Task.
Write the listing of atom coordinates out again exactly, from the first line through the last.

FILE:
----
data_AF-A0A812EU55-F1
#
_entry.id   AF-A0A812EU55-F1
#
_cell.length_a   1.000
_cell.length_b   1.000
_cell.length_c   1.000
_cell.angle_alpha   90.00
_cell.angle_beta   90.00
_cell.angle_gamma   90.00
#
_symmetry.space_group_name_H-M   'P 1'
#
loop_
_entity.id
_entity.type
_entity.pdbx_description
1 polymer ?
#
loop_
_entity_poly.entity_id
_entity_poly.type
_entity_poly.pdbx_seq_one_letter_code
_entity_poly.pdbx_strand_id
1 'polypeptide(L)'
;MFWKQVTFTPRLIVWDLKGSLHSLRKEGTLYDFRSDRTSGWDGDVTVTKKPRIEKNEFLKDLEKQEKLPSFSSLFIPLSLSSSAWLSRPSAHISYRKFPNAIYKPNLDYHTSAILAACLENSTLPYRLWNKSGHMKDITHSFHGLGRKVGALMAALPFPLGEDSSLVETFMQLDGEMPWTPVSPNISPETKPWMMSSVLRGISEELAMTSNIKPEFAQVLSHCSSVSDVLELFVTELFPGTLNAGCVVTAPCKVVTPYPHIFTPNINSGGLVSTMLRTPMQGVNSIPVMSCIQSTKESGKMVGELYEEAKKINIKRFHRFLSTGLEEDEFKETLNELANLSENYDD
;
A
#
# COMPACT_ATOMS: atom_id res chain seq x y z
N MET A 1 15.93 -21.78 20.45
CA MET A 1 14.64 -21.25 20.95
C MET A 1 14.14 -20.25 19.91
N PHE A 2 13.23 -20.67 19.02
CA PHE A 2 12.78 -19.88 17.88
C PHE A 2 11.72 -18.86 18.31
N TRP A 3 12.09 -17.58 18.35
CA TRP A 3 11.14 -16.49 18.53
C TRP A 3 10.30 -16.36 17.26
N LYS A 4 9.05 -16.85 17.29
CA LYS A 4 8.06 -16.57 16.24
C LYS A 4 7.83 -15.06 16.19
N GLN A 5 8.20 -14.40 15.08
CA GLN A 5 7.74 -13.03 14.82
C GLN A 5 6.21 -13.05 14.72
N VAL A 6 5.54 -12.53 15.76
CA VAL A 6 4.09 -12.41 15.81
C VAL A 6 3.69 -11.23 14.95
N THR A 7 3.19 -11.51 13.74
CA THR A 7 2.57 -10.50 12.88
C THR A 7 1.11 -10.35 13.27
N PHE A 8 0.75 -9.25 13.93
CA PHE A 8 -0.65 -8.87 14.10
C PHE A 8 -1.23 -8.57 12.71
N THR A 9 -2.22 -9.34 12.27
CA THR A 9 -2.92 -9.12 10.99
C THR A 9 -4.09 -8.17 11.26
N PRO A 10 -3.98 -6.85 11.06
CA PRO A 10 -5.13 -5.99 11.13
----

data_AF-A0A812EU55-F1
#
_entry.id   AF-A0A812EU55-F1
#
_cell.length_a   1.000
_cell.length_b   1.000
_cell.length_c   1.000
_cell.angle_alpha   90.00
_cell.angle_beta   90.00
_cell.angle_gamma   90.00
#
_symmetry.space_group_name_H-M   'P 1'
#
loop_
_entity.id
_entity.type
_entity.pdbx_description
1 polymer ?
#
loop_
_entity_poly.entity_id
_entity_poly.type
_entity_poly.pdbx_seq_one_letter_code
_entity_poly.pdbx_strand_id
1 'polypeptide(L)'
;MFWKQVTFTPRLIVWDLKGSLHSLRKEGTLYDFRSDRTSGWDGDVTVTKKPRIEKNEFLKDLEKQEKLPSFSSLFIPLSLSSSAWLSRPSAHISYRKFPNAIYKPNLDYHTSAILAACLENSTLPYRLWNKSGHMKDITHSFHGLGRKVGALMAALPFPLGEDSSLVETFMQLDGEMPWTPVSPNISPETKPWMMSSVLRGISEELAMTSNIKPEFAQVLSHCSSVSDVLELFVTELFPGTLNAGCVVTAPCKVVTPYPHIFTPNINSGGLVSTMLRTPMQGVNSIPVMSCIQSTKESGKMVGELYEEAKKINIKRFHRFLSTGLEEDEFKETLNELANLSENYDD
;
A
#
# COMPACT_ATOMS: atom_id res chain seq x y z
N MET A 1 15.93 -21.78 20.45
CA MET A 1 14.64 -21.25 20.95
C MET A 1 14.14 -20.25 19.91
N PHE A 2 13.23 -20.67 19.02
CA PHE A 2 12.78 -19.88 17.88
C PHE A 2 11.72 -18.86 18.31
N TRP A 3 12.09 -17.58 18.35
CA TRP A 3 11.14 -16.49 18.53
C TRP A 3 10.30 -16.36 17.26
N LYS A 4 9.05 -16.85 17.29
CA LYS A 4 8.06 -16.57 16.24
C LYS A 4 7.83 -15.06 16.19
N GLN A 5 8.20 -14.40 15.08
CA GLN A 5 7.74 -13.03 14.82
C GLN A 5 6.21 -13.05 14.72
N VAL A 6 5.54 -12.53 15.76
CA VAL A 6 4.09 -12.41 15.81
C VAL A 6 3.69 -11.23 14.95
N THR A 7 3.19 -11.51 13.74
CA THR A 7 2.57 -10.50 12.88
C THR A 7 1.11 -10.35 13.27
N PHE A 8 0.75 -9.25 13.93
CA PHE A 8 -0.65 -8.87 14.10
C PHE A 8 -1.23 -8.57 12.71
N THR A 9 -2.22 -9.34 12.27
CA THR A 9 -2.92 -9.12 10.99
C THR A 9 -4.09 -8.17 11.26
N PRO A 10 -3.98 -6.85 11.06
CA PRO A 10 -5.13 -5.99 11.13